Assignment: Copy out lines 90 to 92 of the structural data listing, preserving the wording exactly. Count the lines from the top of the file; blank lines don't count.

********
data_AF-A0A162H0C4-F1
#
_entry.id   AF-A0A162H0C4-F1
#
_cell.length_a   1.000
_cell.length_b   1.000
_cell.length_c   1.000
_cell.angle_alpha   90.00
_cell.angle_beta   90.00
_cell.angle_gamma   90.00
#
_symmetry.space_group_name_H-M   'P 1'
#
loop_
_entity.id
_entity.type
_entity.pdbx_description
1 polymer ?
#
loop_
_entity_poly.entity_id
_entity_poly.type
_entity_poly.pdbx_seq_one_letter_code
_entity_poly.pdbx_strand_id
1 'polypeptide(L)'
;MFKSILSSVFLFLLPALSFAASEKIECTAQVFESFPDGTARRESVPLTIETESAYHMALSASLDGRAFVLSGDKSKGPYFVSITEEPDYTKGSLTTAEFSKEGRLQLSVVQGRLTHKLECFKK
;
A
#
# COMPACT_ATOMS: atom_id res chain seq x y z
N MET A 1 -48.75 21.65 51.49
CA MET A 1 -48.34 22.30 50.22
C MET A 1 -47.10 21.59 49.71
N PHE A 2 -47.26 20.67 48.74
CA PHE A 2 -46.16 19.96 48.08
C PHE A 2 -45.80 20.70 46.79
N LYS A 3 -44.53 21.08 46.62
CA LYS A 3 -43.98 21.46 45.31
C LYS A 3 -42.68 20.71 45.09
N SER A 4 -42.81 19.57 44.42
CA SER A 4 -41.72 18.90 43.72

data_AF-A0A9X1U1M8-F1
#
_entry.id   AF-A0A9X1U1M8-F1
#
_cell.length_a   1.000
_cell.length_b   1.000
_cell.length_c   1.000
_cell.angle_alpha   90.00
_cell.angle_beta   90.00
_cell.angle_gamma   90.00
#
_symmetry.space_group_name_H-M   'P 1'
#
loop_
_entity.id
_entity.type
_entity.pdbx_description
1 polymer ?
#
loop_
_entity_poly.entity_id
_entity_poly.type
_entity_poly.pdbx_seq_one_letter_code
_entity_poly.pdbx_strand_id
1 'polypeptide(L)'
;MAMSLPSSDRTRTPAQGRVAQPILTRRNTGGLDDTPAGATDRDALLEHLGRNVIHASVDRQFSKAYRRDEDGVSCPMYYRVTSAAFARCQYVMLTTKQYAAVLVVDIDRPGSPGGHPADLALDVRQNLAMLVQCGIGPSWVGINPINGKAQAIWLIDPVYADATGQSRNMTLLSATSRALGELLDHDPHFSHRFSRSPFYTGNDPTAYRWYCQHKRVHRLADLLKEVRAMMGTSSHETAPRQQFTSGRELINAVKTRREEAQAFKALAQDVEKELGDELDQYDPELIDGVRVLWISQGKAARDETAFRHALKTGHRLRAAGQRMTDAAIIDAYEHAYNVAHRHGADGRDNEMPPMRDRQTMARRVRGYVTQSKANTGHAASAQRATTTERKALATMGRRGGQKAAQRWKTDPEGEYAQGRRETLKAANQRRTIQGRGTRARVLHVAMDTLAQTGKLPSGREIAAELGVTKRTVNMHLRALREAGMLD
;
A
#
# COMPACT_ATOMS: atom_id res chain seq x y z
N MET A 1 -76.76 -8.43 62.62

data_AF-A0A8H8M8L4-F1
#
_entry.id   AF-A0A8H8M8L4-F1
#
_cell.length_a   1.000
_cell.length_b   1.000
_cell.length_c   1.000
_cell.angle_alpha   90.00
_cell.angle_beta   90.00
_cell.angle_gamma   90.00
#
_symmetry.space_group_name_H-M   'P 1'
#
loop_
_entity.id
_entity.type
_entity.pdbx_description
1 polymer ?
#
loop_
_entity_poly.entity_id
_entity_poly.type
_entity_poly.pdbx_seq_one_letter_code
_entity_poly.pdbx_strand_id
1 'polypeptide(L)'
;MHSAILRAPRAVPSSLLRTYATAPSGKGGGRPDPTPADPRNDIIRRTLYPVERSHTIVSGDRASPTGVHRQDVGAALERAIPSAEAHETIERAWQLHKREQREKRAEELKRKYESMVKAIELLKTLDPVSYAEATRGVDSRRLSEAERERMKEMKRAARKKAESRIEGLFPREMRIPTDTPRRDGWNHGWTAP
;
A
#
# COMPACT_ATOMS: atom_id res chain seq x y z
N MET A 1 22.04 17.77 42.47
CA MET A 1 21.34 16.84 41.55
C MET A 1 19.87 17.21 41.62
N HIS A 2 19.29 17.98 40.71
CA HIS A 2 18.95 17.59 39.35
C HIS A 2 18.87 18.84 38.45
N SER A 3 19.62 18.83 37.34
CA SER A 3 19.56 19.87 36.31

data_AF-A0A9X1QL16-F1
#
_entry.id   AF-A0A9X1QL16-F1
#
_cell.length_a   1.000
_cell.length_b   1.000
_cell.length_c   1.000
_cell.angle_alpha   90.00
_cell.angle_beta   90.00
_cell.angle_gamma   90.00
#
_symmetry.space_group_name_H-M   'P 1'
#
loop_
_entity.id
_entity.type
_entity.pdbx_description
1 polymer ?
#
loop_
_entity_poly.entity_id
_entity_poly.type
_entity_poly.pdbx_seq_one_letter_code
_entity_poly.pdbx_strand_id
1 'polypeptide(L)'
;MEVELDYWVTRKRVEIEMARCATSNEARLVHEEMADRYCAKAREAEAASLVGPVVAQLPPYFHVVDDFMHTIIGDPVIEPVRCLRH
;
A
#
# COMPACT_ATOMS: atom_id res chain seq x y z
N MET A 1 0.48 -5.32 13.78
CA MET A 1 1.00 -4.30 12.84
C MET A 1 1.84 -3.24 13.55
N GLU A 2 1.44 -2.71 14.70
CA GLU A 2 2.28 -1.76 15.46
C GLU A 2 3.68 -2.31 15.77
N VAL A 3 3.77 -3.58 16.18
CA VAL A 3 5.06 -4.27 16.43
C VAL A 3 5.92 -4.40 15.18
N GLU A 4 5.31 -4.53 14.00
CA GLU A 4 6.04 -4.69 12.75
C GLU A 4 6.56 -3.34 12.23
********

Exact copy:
1 polymer ?
#
loop_